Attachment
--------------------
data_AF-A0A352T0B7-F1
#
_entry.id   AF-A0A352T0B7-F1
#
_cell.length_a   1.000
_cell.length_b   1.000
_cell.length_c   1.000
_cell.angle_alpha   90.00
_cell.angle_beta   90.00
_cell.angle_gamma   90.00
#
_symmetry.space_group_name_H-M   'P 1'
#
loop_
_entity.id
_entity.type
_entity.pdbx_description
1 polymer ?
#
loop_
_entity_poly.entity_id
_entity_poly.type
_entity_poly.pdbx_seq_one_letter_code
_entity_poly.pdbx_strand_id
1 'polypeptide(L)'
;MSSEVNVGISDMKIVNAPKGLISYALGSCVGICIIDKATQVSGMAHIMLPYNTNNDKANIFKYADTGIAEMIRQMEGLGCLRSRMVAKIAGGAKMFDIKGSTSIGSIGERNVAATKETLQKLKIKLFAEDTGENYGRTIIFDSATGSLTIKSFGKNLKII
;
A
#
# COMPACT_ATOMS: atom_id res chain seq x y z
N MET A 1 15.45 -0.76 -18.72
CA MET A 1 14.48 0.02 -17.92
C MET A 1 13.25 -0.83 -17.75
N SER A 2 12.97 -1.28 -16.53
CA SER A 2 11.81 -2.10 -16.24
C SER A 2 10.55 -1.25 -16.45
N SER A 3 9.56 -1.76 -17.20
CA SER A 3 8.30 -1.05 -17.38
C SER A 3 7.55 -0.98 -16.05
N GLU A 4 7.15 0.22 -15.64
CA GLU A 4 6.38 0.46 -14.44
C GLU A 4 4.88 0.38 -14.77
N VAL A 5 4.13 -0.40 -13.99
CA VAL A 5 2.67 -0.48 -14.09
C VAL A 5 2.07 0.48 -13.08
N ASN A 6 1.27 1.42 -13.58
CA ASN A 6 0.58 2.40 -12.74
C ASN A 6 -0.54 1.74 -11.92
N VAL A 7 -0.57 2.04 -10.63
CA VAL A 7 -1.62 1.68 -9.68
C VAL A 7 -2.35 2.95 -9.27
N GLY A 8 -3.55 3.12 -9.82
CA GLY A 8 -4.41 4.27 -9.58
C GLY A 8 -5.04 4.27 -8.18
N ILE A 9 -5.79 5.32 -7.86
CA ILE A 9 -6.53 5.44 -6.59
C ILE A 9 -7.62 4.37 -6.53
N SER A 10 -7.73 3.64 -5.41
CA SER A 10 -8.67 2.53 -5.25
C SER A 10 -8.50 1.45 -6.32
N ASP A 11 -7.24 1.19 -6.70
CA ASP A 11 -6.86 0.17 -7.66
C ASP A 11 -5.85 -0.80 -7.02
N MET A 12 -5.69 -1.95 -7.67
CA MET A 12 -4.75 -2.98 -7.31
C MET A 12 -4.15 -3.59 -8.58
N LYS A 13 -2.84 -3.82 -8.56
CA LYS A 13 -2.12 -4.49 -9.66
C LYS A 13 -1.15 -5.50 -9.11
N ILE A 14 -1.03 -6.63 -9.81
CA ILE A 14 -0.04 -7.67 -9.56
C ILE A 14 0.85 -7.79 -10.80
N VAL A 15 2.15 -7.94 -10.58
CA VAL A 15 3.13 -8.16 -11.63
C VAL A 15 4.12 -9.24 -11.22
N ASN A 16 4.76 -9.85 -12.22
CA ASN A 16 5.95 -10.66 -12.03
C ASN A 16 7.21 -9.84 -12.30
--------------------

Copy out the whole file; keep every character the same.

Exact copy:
data_AF-A0A352T0B7-F1
#
_entry.id   AF-A0A352T0B7-F1
#
_cell.length_a   1.000
_cell.length_b   1.000
_cell.length_c   1.000
_cell.angle_alpha   90.00
_cell.angle_beta   90.00
_cell.angle_gamma   90.00
#
_symmetry.space_group_name_H-M   'P 1'
#
loop_
_entity.id
_entity.type
_entity.pdbx_description
1 polymer ?
#
loop_
_entity_poly.entity_id
_entity_poly.type
_entity_poly.pdbx_seq_one_letter_code
_entity_poly.pdbx_strand_id
1 'polypeptide(L)'
;MSSEVNVGISDMKIVNAPKGLISYALGSCVGICIIDKATQVSGMAHIMLPYNTNNDKANIFKYADTGIAEMIRQMEGLGCLRSRMVAKIAGGAKMFDIKGSTSIGSIGERNVAATKETLQKLKIKLFAEDTGENYGRTIIFDSATGSLTIKSFGKNLKII
;
A
#
# COMPACT_ATOMS: atom_id res chain seq x y z
N MET A 1 15.45 -0.76 -18.72
CA MET A 1 14.48 0.02 -17.92
C MET A 1 13.25 -0.83 -17.75
N SER A 2 12.97 -1.28 -16.53
CA SER A 2 11.81 -2.10 -16.24
C SER A 2 10.55 -1.25 -16.45
N SER A 3 9.56 -1.76 -17.20
CA SER A 3 8.30 -1.05 -17.38
C SER A 3 7.55 -0.98 -16.05
N GLU A 4 7.15 0.22 -15.64
CA GLU A 4 6.38 0.46 -14.44
C GLU A 4 4.88 0.38 -14.77
N VAL A 5 4.13 -0.40 -13.99
CA VAL A 5 2.67 -0.48 -14.09
C VAL A 5 2.07 0.48 -13.08
N ASN A 6 1.27 1.42 -13.58
CA ASN A 6 0.58 2.40 -12.74
C ASN A 6 -0.54 1.74 -11.92
N VAL A 7 -0.57 2.04 -10.63
CA VAL A 7 -1.62 1.68 -9.68
C VAL A 7 -2.35 2.95 -9.27
N GLY A 8 -3.55 3.12 -9.82
CA GLY A 8 -4.41 4.27 -9.58
C GLY A 8 -5.04 4.27 -8.18
N ILE A 9 -5.79 5.32 -7.86
CA ILE A 9 -6.53 5.44 -6.59
C ILE A 9 -7.62 4.37 -6.53
N SER A 10 -7.73 3.64 -5.41
CA SER A 10 -8.67 2.53 -5.25
C SER A 10 -8.50 1.45 -6.32
N ASP A 11 -7.24 1.19 -6.70
CA ASP A 11 -6.86 0.17 -7.66
C ASP A 11 -5.85 -0.80 -7.02
N MET A 12 -5.69 -1.95 -7.67
CA MET A 12 -4.75 -2.98 -7.31
C MET A 12 -4.15 -3.59 -8.58
N LYS A 13 -2.84 -3.82 -8.56
CA LYS A 13 -2.12 -4.49 -9.66
C LYS A 13 -1.15 -5.50 -9.11
N ILE A 14 -1.03 -6.63 -9.81
CA ILE A 14 -0.04 -7.67 -9.56
C ILE A 14 0.85 -7.79 -10.80
N VAL A 15 2.15 -7.94 -10.58
CA VAL A 15 3.13 -8.16 -11.63
C VAL A 15 4.12 -9.24 -11.22
N ASN A 16 4.76 -9.85 -12.22
CA ASN A 16 5.95 -10.66 -12.03
C ASN A 16 7.21 -9.84 -12.30